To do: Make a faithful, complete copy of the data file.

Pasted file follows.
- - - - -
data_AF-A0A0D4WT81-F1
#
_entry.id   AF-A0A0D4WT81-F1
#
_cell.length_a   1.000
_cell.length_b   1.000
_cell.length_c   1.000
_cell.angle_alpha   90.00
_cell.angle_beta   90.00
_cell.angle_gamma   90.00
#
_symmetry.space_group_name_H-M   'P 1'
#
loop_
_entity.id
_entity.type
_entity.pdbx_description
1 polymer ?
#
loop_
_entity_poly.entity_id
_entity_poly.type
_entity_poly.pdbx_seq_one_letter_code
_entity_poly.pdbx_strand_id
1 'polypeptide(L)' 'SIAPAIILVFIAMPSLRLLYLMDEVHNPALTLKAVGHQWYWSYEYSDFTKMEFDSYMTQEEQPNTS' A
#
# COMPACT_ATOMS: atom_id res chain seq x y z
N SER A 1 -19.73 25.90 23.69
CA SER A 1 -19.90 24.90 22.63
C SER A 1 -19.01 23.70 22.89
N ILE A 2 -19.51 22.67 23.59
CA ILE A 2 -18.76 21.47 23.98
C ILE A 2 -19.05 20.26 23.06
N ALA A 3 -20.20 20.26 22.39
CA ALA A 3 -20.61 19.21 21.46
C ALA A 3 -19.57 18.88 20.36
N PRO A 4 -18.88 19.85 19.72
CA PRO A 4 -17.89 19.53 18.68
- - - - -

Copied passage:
data_AF-A0A0D4WT81-F1
#
_entry.id   AF-A0A0D4WT81-F1
#
_cell.length_a   1.000
_cell.length_b   1.000
_cell.length_c   1.000
_cell.angle_alpha   90.00
_cell.angle_beta   90.00
_cell.angle_gamma   90.00
#
_symmetry.space_group_name_H-M   'P 1'
#
loop_
_entity.id
_entity.type
_entity.pdbx_description
1 polymer ?
#
loop_
_entity_poly.entity_id
_entity_poly.type
_entity_poly.pdbx_seq_one_letter_code
_entity_poly.pdbx_strand_id
1 'polypeptide(L)' 'SIAPAIILVFIAMPSLRLLYLMDEVHNPALTLKAVGHQWYWSYEYSDFTKMEFDSYMTQEEQPNTS' A
#
# COMPACT_ATOMS: atom_id res chain seq x y z
N SER A 1 -19.73 25.90 23.69
CA SER A 1 -19.90 24.90 22.63
C SER A 1 -19.01 23.70 22.89
N ILE A 2 -19.51 22.67 23.59
CA ILE A 2 -18.76 21.47 23.98
C ILE A 2 -19.05 20.26 23.06
N ALA A 3 -20.20 20.26 22.39
CA ALA A 3 -20.61 19.21 21.46
C ALA A 3 -19.57 18.88 20.36
N PRO A 4 -18.88 19.85 19.72
CA PRO A 4 -17.89 19.53 18.68